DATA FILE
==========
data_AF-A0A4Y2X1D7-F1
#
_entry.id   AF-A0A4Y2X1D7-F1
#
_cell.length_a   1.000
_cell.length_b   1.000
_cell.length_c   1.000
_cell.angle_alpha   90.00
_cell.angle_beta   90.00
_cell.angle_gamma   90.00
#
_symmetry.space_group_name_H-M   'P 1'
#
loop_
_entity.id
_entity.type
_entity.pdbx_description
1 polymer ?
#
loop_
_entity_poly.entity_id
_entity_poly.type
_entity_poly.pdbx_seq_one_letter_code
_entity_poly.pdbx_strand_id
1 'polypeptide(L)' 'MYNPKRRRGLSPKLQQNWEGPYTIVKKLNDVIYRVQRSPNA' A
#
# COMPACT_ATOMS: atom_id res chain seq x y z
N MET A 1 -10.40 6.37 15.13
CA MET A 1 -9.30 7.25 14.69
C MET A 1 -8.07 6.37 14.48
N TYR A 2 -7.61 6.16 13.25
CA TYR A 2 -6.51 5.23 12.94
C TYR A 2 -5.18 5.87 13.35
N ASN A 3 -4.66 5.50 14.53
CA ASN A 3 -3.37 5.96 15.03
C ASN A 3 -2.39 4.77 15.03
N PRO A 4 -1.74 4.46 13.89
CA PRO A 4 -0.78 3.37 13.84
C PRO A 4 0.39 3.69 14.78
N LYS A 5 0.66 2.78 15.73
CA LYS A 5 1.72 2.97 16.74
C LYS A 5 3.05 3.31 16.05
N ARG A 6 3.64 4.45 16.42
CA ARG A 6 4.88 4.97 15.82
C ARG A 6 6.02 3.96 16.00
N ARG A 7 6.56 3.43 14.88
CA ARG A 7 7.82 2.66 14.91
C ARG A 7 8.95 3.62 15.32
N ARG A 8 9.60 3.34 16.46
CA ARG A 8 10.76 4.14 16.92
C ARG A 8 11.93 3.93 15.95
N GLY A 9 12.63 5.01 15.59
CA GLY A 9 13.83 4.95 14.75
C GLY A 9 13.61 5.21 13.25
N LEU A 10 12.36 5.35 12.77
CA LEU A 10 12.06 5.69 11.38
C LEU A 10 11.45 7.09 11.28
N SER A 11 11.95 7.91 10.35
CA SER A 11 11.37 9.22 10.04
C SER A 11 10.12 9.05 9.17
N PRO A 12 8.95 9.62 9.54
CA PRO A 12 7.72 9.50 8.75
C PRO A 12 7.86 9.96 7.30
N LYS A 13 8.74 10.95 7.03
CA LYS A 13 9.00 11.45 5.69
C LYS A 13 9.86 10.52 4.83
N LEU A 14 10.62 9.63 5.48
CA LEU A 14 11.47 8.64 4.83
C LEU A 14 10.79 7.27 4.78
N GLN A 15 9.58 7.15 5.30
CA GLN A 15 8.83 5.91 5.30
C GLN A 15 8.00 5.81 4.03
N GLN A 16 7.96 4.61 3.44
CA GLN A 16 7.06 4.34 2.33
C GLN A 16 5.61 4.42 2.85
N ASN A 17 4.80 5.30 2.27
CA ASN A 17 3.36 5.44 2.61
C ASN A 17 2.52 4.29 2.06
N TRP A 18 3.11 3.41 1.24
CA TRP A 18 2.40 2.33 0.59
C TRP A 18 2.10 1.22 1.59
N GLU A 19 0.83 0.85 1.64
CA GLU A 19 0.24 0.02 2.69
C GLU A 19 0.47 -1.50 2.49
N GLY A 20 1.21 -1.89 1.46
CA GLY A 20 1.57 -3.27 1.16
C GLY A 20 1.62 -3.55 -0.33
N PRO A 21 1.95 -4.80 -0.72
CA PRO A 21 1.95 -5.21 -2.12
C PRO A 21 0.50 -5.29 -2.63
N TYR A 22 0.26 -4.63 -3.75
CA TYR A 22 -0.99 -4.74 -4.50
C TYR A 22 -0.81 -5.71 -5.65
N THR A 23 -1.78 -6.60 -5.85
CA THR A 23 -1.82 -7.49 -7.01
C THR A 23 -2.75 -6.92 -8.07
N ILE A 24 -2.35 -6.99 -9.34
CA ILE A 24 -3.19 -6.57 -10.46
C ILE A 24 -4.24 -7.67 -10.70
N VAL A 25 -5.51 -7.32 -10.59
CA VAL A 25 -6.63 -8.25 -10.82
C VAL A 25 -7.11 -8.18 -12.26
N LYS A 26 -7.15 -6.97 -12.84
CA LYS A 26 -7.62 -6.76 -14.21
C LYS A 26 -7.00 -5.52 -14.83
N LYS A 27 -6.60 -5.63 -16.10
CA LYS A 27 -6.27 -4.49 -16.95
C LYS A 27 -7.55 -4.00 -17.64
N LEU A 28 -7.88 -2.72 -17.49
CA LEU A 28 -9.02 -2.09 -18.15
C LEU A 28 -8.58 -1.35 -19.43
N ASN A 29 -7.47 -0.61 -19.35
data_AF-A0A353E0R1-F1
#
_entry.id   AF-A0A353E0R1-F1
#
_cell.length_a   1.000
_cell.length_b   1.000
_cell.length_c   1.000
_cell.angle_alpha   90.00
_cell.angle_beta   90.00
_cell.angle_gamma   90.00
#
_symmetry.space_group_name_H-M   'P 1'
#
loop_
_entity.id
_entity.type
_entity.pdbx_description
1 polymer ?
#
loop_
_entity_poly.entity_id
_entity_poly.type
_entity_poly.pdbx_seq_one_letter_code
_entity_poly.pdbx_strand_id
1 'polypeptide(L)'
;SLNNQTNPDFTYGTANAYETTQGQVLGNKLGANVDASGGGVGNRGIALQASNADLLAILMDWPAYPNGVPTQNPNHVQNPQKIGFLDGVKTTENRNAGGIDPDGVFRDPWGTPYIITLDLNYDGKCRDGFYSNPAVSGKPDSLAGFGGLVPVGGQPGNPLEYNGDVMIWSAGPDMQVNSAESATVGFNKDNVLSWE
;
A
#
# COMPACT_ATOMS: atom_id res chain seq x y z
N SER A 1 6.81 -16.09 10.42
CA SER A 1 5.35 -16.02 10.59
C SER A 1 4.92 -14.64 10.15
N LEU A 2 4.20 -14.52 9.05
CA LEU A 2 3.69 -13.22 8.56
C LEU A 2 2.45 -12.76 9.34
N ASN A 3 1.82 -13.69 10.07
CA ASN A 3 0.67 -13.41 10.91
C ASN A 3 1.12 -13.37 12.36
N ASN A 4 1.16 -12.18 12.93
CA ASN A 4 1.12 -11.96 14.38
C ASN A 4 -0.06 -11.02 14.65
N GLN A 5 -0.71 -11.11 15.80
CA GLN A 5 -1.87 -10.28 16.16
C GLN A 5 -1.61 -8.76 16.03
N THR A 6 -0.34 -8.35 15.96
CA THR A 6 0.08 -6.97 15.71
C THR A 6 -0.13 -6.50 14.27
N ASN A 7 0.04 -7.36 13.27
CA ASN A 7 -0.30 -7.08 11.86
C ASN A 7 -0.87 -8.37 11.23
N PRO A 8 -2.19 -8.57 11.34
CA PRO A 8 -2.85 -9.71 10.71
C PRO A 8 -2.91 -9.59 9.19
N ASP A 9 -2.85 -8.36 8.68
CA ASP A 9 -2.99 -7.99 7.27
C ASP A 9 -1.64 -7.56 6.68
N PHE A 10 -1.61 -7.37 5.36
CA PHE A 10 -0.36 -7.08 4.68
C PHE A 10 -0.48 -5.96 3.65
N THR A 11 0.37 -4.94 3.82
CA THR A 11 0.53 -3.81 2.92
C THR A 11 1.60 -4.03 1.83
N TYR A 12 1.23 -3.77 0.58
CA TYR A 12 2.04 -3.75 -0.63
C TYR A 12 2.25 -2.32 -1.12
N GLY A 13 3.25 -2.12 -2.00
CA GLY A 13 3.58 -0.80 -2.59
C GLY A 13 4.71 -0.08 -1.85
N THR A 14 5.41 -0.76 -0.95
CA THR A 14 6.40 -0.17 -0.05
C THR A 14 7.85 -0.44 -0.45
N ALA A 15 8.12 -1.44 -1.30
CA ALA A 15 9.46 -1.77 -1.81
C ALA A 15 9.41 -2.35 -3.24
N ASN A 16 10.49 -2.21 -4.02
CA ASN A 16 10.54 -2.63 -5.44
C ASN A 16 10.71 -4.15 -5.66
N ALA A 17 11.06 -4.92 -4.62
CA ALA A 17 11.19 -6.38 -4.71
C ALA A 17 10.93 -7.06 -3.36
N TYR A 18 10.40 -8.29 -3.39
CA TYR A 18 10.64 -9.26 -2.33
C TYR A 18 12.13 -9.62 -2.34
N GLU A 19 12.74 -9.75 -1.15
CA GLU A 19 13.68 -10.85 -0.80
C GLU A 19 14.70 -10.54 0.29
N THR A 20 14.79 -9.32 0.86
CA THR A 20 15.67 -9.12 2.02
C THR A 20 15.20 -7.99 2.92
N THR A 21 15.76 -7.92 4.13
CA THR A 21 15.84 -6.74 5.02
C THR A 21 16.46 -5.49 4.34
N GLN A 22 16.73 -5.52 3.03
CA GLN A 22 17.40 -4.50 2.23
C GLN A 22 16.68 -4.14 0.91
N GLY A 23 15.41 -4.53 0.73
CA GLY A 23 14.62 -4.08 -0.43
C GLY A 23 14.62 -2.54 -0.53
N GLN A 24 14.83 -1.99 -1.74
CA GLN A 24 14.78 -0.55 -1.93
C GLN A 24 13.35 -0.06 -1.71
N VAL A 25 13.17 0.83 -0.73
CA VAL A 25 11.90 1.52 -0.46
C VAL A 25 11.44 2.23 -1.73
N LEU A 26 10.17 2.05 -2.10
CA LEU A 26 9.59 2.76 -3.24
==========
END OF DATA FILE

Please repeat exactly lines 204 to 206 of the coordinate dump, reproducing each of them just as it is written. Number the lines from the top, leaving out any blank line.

CA THR A 21 15.84 -6.74 5.02
C THR A 21 16.46 -5.49 4.34
N GLN A 22 16.73 -5.52 3.03